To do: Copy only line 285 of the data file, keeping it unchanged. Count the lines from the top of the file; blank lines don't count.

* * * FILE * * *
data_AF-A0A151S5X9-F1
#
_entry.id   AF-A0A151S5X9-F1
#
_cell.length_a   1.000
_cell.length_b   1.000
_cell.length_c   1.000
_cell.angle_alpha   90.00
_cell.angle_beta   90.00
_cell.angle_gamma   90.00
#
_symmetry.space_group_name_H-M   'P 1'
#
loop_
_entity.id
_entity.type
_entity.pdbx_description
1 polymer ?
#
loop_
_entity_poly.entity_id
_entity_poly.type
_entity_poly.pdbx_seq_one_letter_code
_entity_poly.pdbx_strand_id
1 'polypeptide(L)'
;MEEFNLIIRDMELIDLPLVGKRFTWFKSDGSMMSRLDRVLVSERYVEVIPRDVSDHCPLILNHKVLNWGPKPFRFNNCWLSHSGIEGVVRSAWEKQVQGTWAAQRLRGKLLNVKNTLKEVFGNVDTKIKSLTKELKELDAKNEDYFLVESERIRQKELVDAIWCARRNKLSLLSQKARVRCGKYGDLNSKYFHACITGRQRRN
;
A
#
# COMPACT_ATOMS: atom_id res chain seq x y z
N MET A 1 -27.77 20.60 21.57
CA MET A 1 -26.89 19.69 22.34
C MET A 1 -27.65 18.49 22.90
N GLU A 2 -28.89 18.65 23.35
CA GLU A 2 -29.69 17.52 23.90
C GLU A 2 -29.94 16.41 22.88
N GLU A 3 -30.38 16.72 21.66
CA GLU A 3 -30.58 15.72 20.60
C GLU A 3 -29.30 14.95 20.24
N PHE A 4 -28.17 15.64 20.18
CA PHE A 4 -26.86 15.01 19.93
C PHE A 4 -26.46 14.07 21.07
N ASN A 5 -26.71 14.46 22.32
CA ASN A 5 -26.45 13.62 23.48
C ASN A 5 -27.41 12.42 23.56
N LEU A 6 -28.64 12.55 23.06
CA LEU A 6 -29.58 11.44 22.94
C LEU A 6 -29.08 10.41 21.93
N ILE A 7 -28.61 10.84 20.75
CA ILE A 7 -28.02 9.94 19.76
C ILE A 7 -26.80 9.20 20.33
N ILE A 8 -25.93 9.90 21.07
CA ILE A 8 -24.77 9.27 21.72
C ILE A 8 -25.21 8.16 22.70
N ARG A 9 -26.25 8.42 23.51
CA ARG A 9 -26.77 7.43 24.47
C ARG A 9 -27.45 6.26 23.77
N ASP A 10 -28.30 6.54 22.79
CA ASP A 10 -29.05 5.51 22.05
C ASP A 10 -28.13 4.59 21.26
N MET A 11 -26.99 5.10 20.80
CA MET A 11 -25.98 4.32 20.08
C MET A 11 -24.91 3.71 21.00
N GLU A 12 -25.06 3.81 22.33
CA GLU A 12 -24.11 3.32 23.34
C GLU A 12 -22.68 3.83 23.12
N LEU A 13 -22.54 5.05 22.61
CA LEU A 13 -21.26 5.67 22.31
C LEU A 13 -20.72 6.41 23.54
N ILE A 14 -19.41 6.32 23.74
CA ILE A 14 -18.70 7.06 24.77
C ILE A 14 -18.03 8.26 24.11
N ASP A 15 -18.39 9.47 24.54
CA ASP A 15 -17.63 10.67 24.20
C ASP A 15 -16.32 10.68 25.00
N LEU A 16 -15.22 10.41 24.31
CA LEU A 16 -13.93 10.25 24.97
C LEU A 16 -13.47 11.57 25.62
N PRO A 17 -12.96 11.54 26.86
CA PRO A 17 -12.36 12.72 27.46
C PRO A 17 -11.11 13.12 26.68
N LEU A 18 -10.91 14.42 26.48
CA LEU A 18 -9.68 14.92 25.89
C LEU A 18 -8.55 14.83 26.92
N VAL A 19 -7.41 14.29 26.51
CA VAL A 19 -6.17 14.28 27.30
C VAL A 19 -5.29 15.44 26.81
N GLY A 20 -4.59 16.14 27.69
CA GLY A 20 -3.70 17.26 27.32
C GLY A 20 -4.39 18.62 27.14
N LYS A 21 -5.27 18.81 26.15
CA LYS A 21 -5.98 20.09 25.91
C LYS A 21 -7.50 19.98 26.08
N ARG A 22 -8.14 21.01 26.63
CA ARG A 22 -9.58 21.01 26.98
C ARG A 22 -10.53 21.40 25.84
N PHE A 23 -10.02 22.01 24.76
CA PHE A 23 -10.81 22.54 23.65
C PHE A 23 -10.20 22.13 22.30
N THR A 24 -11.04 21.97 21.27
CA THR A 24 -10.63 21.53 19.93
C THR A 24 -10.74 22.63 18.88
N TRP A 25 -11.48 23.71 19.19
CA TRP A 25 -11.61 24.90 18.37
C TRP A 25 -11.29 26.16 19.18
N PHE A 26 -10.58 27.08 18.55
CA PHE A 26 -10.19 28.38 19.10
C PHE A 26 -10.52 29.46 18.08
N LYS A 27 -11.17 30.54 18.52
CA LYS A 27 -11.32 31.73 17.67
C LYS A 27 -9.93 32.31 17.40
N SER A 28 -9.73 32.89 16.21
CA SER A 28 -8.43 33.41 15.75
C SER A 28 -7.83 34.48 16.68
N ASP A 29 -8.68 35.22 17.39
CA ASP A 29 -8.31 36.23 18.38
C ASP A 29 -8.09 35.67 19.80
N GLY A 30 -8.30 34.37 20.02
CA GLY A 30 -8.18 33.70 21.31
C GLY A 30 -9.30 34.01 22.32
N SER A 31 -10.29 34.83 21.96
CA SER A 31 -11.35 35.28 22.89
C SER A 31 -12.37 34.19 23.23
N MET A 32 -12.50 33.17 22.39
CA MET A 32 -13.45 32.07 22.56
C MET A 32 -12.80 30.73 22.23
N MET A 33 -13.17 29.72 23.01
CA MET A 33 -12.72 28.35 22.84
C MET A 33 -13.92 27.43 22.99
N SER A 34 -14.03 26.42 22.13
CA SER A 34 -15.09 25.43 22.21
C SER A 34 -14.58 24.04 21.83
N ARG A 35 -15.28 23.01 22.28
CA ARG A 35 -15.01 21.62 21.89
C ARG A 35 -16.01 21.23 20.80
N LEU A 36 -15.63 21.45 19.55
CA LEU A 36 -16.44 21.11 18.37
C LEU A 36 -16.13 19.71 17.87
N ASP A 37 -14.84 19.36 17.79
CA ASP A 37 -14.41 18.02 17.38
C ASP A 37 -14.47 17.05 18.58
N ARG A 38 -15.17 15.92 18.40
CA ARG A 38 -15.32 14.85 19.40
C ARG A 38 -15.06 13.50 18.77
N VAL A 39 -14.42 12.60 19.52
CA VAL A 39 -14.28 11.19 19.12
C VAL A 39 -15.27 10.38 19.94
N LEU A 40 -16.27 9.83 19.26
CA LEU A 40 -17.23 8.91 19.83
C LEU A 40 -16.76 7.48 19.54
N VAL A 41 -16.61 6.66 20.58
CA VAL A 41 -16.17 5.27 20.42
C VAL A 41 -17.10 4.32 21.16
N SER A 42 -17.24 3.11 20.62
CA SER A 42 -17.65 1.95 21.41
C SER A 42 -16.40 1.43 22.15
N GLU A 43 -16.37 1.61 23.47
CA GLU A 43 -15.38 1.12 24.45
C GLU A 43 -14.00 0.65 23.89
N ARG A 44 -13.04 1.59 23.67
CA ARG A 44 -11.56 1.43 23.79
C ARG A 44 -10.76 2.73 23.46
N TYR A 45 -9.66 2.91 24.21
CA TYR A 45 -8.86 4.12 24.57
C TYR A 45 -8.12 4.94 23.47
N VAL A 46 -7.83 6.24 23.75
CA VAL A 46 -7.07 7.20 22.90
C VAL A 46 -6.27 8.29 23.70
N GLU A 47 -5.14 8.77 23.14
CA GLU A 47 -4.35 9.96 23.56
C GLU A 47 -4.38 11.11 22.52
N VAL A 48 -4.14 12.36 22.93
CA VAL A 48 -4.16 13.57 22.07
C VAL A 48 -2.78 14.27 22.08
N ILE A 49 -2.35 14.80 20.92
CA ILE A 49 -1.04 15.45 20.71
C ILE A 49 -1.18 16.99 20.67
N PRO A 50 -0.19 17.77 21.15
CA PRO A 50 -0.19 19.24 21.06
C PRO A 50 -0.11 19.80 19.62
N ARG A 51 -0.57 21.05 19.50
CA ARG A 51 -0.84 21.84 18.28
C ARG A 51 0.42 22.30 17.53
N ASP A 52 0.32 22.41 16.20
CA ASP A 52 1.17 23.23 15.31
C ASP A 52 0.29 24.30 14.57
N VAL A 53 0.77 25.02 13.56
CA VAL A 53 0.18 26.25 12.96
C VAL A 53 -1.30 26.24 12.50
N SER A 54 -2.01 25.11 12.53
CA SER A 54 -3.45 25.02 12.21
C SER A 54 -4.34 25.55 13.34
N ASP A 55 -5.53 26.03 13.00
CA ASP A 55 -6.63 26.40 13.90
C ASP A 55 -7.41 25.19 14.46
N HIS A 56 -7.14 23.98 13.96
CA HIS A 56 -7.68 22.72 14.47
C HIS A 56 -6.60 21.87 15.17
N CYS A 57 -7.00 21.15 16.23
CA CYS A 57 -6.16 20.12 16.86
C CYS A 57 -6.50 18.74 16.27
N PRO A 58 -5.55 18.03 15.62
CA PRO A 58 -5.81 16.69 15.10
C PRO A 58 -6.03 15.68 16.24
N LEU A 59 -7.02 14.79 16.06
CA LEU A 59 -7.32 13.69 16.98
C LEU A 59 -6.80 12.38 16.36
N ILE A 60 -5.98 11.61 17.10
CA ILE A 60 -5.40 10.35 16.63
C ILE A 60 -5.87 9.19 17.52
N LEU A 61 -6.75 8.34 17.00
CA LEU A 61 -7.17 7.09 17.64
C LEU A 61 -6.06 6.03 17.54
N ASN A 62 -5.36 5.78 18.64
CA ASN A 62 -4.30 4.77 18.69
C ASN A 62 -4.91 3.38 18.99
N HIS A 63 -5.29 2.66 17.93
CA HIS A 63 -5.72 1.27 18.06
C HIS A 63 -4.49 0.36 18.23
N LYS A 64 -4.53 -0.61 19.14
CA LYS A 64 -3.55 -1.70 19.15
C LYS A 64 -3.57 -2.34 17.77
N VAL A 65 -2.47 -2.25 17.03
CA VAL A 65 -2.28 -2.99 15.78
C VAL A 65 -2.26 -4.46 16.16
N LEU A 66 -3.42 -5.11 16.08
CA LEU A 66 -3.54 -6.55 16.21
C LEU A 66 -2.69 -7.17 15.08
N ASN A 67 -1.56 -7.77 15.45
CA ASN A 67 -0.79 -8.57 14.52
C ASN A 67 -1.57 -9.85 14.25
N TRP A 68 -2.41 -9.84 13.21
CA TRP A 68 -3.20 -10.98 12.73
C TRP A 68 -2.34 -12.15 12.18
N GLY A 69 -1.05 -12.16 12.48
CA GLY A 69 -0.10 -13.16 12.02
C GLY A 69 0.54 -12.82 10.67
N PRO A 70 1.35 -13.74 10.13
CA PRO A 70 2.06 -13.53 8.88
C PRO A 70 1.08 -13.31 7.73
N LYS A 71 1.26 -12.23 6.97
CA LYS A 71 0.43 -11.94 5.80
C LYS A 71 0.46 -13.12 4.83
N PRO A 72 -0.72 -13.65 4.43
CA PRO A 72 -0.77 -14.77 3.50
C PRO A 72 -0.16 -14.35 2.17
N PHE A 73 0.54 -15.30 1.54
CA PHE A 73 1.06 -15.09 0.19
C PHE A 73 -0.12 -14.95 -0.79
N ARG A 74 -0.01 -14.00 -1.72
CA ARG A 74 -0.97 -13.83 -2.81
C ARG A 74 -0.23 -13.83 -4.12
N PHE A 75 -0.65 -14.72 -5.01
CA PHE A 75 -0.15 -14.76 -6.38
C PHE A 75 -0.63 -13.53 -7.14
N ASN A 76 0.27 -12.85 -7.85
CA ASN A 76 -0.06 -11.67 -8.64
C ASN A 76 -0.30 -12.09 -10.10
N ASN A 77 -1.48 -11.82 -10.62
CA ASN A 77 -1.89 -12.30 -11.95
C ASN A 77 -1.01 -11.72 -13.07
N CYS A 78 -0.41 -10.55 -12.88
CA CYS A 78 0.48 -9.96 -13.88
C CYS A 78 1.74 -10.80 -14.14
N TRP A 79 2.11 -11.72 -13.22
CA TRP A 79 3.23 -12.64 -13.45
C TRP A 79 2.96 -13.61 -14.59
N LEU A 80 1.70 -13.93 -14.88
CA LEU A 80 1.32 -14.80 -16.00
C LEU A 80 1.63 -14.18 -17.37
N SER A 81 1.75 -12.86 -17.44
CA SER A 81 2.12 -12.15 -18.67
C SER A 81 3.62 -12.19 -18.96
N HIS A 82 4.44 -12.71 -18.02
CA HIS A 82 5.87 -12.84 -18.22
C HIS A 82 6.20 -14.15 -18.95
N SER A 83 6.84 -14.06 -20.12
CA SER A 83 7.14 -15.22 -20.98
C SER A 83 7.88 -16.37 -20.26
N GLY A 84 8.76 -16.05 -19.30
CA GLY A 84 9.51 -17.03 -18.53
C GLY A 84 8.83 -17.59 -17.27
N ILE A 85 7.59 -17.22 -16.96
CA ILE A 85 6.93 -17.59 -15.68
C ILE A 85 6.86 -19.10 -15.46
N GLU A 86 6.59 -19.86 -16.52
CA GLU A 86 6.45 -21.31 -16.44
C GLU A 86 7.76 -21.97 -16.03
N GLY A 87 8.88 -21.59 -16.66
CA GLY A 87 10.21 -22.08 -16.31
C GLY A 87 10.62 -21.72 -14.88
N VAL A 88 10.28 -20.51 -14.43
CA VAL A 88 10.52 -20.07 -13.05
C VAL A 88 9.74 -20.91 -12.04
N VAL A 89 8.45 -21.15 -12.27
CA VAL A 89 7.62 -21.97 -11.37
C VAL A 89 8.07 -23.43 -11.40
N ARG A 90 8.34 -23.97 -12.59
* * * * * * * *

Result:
C ILE A 85 6.86 -19.10 -15.46